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Plant growth and development is regulated by a structurally unrelated collection of small molecules called plant hormones. During the last 15 years the number of known plant hormones has grown from five to at least ten. Furthermore, many of the proteins involved in plant hormone signalling pathways have been identified, including receptors for many of the(More)
The plant hormones are a structurally unrelated collection of small molecules derived from various essential metabolic pathways. These compounds are important regulators of plant growth and mediate responses to both biotic and abiotic stresses. During the last ten years there have been many exciting advances in our understanding of plant hormone biology,(More)
The plant hormone auxin is perceived by a family of F box proteins called the TIR1/auxin-signaling F box proteins (AFBs). Phylogenetic studies reveal that these proteins fall into four clades in flowering plants called TIR1, AFB2, AFB4, and AFB6. Genetic studies indicate that members of the TIR1 and AFB2 groups act as positive regulators of auxin signaling.(More)
Plants utilize the ubiquitin-proteasome system (UPS) to modulate nearly every aspect of growth and development. Ubiquitin is covalently attached to target proteins through the action of three enzymes known as E1, E2, and E3. The ultimate outcome of this post-translational modification depends on the nature of the ubiquitin linkage and the extent of(More)
In animals and fungi, a group of proteins called the cyclin-dependent kinase inhibitors play a key role in cell cycle regulation. However, comparatively little is known about the role of these proteins in plant cell cycle regulation. To gain insight into the mechanisms by which the plant cell cycle is regulated, we studied the cyclin-dependent kinase(More)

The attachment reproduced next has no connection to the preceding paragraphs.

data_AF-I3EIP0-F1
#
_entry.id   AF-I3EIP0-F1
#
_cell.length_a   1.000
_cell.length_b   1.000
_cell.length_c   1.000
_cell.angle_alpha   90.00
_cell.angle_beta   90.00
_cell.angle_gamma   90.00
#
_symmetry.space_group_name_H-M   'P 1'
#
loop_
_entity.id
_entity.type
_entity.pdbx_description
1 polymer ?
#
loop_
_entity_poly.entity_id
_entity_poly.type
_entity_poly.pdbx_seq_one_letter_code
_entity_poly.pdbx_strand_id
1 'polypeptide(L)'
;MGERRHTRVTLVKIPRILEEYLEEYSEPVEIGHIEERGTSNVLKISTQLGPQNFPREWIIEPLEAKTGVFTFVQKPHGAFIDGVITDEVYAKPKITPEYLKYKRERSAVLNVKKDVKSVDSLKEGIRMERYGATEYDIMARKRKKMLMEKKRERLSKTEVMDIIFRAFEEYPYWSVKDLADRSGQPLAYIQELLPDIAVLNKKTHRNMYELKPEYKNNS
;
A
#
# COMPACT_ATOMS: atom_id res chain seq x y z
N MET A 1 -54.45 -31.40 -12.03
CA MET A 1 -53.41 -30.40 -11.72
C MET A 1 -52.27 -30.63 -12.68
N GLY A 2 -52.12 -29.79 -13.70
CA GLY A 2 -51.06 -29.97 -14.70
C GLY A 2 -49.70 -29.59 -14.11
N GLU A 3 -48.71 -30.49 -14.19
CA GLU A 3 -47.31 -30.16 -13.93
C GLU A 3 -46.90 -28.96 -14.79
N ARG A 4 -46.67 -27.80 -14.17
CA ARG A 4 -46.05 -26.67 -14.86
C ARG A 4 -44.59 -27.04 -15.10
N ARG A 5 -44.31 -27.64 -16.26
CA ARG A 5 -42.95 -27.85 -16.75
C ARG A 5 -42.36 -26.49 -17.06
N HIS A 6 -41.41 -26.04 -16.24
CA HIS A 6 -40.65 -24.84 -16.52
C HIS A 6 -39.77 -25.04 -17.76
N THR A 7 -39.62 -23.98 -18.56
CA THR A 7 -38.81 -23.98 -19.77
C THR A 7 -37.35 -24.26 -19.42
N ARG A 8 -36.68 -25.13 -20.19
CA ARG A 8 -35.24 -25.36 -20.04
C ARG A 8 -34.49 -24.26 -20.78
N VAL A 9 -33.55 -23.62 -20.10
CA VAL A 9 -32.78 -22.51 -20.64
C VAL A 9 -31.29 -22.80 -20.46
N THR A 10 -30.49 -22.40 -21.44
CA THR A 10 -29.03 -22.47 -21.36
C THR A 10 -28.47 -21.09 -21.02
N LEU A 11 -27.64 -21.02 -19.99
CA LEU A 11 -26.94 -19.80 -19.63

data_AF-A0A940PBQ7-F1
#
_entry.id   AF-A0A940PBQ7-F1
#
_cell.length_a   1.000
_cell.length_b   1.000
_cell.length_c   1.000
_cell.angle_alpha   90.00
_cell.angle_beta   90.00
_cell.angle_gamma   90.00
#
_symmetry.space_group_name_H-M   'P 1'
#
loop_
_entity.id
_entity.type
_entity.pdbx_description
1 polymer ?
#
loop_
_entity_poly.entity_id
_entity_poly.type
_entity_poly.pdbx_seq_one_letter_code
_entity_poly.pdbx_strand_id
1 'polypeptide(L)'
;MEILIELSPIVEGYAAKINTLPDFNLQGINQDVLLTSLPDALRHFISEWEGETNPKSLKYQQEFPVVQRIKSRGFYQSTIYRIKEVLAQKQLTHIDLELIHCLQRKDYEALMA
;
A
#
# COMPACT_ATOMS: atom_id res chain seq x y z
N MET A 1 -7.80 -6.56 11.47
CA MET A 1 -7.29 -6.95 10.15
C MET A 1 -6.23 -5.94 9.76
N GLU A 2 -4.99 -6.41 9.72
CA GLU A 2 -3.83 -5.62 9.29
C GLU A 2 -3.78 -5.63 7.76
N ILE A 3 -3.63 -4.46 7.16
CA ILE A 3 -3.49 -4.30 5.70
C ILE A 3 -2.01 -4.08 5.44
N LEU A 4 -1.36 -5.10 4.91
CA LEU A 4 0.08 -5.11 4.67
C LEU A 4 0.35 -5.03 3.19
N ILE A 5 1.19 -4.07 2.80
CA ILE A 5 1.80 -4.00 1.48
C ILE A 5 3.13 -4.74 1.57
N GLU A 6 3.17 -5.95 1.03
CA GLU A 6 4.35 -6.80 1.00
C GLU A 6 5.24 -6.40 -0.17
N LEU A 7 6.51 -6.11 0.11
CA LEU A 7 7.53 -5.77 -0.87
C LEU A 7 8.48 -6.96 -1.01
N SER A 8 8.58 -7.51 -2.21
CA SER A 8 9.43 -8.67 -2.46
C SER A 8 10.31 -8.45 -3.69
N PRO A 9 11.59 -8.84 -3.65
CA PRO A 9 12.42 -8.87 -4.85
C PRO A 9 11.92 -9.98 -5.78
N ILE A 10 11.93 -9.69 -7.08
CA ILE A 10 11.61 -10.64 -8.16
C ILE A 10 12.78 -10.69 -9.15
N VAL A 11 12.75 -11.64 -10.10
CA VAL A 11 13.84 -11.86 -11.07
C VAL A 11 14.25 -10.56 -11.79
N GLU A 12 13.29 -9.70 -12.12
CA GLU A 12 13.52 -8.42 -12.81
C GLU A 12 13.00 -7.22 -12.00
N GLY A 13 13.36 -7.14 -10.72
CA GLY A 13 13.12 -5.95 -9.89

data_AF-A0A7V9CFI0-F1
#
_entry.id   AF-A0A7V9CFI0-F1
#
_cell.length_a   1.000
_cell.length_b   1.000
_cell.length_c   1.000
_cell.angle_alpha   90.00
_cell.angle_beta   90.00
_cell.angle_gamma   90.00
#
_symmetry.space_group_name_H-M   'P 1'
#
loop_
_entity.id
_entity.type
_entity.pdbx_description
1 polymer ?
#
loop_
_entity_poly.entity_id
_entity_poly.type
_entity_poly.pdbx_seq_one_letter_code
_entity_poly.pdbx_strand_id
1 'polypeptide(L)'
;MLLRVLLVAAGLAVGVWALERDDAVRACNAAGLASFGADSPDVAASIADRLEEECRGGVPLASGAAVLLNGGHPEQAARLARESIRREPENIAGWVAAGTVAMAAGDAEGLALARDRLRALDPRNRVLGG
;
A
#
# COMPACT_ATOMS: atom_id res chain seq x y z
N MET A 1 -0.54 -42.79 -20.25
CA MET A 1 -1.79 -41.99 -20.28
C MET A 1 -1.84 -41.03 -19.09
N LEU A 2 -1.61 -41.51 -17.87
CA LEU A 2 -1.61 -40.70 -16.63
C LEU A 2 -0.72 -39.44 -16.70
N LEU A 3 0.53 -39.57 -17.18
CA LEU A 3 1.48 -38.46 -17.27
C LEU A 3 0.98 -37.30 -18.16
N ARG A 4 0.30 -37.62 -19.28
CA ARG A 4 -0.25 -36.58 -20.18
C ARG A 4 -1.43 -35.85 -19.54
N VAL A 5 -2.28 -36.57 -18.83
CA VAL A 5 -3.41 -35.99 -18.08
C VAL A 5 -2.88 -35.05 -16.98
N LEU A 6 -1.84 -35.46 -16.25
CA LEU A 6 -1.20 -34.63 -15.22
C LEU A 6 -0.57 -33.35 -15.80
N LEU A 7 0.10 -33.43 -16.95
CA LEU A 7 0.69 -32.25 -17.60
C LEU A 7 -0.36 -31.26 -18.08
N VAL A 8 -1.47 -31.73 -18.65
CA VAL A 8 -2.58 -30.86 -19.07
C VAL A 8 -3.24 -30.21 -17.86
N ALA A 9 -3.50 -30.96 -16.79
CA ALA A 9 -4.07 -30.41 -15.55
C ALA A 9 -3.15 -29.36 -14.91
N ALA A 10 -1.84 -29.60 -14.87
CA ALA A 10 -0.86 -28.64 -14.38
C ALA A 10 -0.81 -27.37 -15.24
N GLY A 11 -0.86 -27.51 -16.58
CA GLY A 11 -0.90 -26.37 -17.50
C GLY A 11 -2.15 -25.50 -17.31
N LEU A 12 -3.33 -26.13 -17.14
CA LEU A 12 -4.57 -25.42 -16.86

Plant growth depends on the integration of environmental cues and phytohormone-signaling pathways. During seedling emergence, elongation of the embryonic stem (hypocotyl) serves as a readout for light and hormone-dependent responses. We screened 10,000 chemicals provided exogenously to light-grown seedlings and identified 100 compounds that promote(More)
The oxylipin jasmonic acid (JA) and its metabolites, collectively known as jasmonates, are important plant signaling molecules that mediate biotic and abiotic stress responses as well as aspects of growth and development. Although it is well known that JA regulates transcription, the mechanism of this regulation has been largely unknown. Recently, this(More)
The plant hormone auxin is perceived by a family of F-box proteins called the TIR1/AFBs. Phylogenetic studies reveal that these proteins fall into four clades in flowering plants called TIR1, AFB2, AFB4, and AFB6. Genetic studies indicate that members of the TIR1 and AFB2 groups act as positive regulators of auxin signaling by promoting the degradation of(More)
In this article, we reported that the AFB4 protein is a negative regulator of auxin response based on the auxin hypersensitivity of the afb4-2 mutant line. Recently we obtained a second afb4 allele and confirmed that it is an RNA null. This mutant is not auxin hypersensitive, indicating that our conclusion that AFB4 is a negative regulator of auxin response(More)
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